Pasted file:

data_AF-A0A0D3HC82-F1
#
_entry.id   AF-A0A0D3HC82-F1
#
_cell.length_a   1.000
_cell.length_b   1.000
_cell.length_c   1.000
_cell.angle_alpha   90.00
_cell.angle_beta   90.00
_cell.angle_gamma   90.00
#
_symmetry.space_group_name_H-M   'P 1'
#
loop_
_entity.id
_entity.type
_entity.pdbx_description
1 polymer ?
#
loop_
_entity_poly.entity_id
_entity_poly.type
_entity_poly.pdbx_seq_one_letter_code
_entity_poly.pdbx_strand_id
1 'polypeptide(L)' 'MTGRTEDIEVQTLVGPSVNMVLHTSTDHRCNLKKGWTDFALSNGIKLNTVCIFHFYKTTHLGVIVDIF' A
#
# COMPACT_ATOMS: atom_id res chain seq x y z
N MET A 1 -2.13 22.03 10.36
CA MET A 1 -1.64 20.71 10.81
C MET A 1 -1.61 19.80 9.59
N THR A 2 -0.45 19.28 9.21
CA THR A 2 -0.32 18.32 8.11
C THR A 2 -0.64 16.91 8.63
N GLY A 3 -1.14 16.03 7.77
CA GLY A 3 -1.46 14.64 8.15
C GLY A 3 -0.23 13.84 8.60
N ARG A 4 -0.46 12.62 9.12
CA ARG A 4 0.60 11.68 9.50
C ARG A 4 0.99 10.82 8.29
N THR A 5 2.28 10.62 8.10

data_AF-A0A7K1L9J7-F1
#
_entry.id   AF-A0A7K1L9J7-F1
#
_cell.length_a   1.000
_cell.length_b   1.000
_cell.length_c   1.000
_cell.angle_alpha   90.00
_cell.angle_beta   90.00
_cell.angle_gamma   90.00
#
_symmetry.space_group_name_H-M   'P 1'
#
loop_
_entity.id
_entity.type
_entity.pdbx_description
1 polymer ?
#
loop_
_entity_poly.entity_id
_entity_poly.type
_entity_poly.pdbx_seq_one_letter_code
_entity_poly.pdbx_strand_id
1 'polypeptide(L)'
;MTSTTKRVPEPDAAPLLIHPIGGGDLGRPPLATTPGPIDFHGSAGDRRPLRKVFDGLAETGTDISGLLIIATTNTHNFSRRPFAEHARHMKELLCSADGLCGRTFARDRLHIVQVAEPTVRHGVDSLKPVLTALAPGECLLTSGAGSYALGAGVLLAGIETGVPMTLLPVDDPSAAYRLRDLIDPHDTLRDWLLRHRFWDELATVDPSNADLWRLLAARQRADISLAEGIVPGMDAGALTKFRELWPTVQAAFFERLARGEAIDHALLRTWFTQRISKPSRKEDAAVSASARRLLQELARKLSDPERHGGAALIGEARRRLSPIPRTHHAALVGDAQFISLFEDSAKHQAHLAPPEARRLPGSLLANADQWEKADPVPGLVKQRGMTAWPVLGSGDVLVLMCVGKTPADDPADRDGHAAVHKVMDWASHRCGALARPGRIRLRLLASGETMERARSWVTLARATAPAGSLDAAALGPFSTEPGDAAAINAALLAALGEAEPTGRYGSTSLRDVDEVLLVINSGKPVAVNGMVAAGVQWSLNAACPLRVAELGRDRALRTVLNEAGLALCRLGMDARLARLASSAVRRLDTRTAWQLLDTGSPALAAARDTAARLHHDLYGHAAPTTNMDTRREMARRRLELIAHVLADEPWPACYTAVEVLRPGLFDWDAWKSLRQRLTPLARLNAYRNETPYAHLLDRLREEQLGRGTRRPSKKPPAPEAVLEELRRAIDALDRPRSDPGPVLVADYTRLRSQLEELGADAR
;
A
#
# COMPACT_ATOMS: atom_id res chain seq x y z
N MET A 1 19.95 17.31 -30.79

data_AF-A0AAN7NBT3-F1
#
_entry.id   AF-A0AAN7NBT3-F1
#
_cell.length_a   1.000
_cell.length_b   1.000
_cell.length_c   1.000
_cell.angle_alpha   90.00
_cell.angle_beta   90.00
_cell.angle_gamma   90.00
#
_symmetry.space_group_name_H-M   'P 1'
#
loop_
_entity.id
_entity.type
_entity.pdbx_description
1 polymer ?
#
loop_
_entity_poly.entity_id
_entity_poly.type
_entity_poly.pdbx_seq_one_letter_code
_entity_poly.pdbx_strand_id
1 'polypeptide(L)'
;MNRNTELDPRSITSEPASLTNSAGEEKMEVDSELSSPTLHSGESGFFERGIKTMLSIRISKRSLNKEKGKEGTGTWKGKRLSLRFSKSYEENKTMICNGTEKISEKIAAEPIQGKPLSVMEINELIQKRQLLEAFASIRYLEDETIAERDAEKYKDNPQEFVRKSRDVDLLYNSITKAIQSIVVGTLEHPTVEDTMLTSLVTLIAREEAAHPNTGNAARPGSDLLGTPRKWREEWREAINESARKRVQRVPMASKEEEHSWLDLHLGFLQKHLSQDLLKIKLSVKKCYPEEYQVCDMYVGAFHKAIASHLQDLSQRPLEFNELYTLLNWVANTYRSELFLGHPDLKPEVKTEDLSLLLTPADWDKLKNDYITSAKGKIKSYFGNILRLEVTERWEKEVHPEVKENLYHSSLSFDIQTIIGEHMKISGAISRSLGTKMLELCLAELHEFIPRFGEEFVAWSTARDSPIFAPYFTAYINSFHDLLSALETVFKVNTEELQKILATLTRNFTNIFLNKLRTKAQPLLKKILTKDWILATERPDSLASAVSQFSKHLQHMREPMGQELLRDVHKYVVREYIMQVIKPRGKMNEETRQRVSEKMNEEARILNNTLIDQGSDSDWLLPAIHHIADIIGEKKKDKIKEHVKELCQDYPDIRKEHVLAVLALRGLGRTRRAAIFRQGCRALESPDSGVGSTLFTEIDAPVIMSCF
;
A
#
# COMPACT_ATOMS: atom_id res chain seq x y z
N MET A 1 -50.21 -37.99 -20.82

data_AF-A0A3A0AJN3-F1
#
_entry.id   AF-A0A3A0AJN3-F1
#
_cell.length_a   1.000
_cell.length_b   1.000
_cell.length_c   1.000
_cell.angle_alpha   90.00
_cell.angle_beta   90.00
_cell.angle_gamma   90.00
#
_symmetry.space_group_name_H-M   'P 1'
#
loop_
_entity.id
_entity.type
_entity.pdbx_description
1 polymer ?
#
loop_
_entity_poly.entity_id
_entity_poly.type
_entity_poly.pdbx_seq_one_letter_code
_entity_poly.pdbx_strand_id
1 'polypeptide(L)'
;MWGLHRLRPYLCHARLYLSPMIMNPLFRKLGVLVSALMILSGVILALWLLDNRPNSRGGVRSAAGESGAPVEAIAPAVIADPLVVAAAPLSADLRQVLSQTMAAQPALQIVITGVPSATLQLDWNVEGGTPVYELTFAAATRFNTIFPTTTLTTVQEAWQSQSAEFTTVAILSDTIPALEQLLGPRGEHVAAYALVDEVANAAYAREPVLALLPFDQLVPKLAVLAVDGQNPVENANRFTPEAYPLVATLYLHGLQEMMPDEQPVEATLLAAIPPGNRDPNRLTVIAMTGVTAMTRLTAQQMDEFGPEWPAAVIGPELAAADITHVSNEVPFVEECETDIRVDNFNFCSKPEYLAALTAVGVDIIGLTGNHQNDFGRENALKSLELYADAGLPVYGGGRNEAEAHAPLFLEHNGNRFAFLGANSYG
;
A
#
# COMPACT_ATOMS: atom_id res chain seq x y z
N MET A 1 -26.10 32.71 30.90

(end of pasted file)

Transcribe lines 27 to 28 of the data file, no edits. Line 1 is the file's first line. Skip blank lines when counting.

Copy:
# COMPACT_ATOMS: atom_id res chain seq x y z
N MET A 1 -2.13 22.03 10.36